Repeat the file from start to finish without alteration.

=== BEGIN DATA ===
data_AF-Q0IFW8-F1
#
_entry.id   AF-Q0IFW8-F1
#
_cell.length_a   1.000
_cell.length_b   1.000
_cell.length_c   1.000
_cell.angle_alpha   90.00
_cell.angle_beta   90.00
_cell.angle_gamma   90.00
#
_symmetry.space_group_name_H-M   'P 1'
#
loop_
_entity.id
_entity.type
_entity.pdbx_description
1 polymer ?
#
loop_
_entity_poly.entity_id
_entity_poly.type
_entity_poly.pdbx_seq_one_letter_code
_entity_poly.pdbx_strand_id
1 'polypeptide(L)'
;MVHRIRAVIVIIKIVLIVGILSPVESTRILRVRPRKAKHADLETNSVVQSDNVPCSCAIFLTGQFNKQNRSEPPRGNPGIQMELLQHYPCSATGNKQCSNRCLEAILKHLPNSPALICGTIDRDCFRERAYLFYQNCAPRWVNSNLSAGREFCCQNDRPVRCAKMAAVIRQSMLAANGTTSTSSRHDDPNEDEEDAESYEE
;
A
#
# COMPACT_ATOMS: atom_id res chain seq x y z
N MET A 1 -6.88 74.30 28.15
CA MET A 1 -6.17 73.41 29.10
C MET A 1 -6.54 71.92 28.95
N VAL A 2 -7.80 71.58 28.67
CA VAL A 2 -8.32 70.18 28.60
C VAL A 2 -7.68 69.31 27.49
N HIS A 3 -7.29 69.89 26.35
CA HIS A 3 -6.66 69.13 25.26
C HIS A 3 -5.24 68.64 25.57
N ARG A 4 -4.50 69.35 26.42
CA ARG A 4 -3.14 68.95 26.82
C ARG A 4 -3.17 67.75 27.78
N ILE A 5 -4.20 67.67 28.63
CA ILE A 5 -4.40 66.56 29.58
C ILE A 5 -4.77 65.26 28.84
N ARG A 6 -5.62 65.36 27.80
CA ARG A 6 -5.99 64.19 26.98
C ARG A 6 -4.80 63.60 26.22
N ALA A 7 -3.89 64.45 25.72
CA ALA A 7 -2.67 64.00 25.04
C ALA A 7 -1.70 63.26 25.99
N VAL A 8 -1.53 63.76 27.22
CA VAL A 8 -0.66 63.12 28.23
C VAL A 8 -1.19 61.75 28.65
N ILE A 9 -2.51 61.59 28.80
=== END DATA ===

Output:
data_AF-Q0IFW8-F1
#
_entry.id   AF-Q0IFW8-F1
#
_cell.length_a   1.000
_cell.length_b   1.000
_cell.length_c   1.000
_cell.angle_alpha   90.00
_cell.angle_beta   90.00
_cell.angle_gamma   90.00
#
_symmetry.space_group_name_H-M   'P 1'
#
loop_
_entity.id
_entity.type
_entity.pdbx_description
1 polymer ?
#
loop_
_entity_poly.entity_id
_entity_poly.type
_entity_poly.pdbx_seq_one_letter_code
_entity_poly.pdbx_strand_id
1 'polypeptide(L)'
;MVHRIRAVIVIIKIVLIVGILSPVESTRILRVRPRKAKHADLETNSVVQSDNVPCSCAIFLTGQFNKQNRSEPPRGNPGIQMELLQHYPCSATGNKQCSNRCLEAILKHLPNSPALICGTIDRDCFRERAYLFYQNCAPRWVNSNLSAGREFCCQNDRPVRCAKMAAVIRQSMLAANGTTSTSSRHDDPNEDEEDAESYEE
;
A
#
# COMPACT_ATOMS: atom_id res chain seq x y z
N MET A 1 -6.88 74.30 28.15
CA MET A 1 -6.17 73.41 29.10
C MET A 1 -6.54 71.92 28.95
N VAL A 2 -7.80 71.58 28.67
CA VAL A 2 -8.32 70.18 28.60
C VAL A 2 -7.68 69.31 27.49
N HIS A 3 -7.29 69.89 26.35
CA HIS A 3 -6.66 69.13 25.26
C HIS A 3 -5.24 68.64 25.57
N ARG A 4 -4.50 69.35 26.42
CA ARG A 4 -3.14 68.95 26.82
C ARG A 4 -3.17 67.75 27.78
N ILE A 5 -4.20 67.67 28.63
CA ILE A 5 -4.40 66.56 29.58
C ILE A 5 -4.77 65.26 28.84
N ARG A 6 -5.62 65.36 27.80
CA ARG A 6 -5.99 64.19 26.98
C ARG A 6 -4.80 63.60 26.22
N ALA A 7 -3.89 64.45 25.72
CA ALA A 7 -2.67 64.00 25.04
C ALA A 7 -1.70 63.26 25.99
N VAL A 8 -1.53 63.76 27.22
CA VAL A 8 -0.66 63.12 28.23
C VAL A 8 -1.19 61.75 28.65
N ILE A 9 -2.51 61.59 28.80